Page 2668 - Week 09 - Wednesday, 7 August 2013
The positive is that in my conversations with the community I have encountered a kind of sensible and altruistic approach to finding long-term solutions that are often missing in the morning rush. No-one I have spoken to wants to turn playgrounds into large, dangerous car parks, or footpaths into roads, and everyone I have spoken to wants to reduce congestion to improve the safety of children on the walk or ride to school. There are schools throughout the ACT trialling lots of innovative solutions to this problem. Kiss and drops, staggered start times, safe walking maps, traffic flow changes and student and parent education are just the beginning.
I have also been impressed by the parents and communities that have considered what kids want in the commute. During bad weather, adults are mostly concerned about getting to work without waterlogged shoes but, for our children, walking with umbrellas on a rainy day or riding bikes through gusty winds can be a real treat that many schools are trying to make sure is a safe and practical option.
What all of the positive solutions have in common is that they have involved parents showing leadership and finding multi-faceted solutions to the problem. Schools that are dealing with this problem have shown an attitude shift away from individual parents trying to find a safe spot to park in the daily rush to communities working together to make sure every child is as safe in the car park as they are in the playground.
As I said on Walk to School Day, just like many parents, most mornings the car is the only option, it is a reality of modern life. But good solutions combine a range of strategies to make sure that, on those days we take the car, the drop-off is quick and orderly and that, on the mornings when active travel is possible, traffic is safe for those who walk and ride.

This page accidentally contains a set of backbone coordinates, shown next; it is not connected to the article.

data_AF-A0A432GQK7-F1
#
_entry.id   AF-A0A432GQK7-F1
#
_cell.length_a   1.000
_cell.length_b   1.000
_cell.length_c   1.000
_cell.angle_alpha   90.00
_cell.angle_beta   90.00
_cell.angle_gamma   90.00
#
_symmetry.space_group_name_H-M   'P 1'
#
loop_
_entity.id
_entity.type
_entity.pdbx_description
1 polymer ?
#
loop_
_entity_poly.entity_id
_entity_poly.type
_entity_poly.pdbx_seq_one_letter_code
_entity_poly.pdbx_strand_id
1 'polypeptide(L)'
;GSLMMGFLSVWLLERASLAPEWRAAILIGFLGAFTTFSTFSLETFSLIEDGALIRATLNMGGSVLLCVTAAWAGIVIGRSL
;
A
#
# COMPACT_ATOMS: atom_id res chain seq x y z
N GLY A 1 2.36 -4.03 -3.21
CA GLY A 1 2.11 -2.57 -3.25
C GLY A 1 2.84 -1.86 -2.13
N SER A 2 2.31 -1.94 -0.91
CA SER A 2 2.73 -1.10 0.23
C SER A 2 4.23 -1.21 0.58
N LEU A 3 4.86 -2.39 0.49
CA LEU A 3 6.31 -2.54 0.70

I look forward over the coming years to working with school communities to find and support school commute solutions that improve the health and safety of our children, facilitate active travel and protect the sanity of parents battling the morning rush.
MS LAWDER (Brindabella) (5.25): I rise to commend the work of Arthritis ACT. In late July, I attended an information session on falls prevention with speakers Brad Butt from Cooleman Court Pharmacy, Marion Shaw from the Independent Living Centre and Shirley Syme from Arthritis ACT. I want to thank and acknowledge those speakers on the information they provided, but I would also like to pay tribute to Arthritis ACT, who hosted this event.
Arthritis ACT aim to provide quality services, contribute to research and improve the health and wellbeing of people in the ACT and surrounding regions suffering from arthritis, osteoarthritis and other musculoskeletal conditions. They were established in 1977, and they are affiliated with Arthritis Australia and other state and territory arthritis foundations. More than 30 per cent of Australians, adult and child, male and female, will be affected by arthritis or some form of musculoskeletal condition in their lifetime.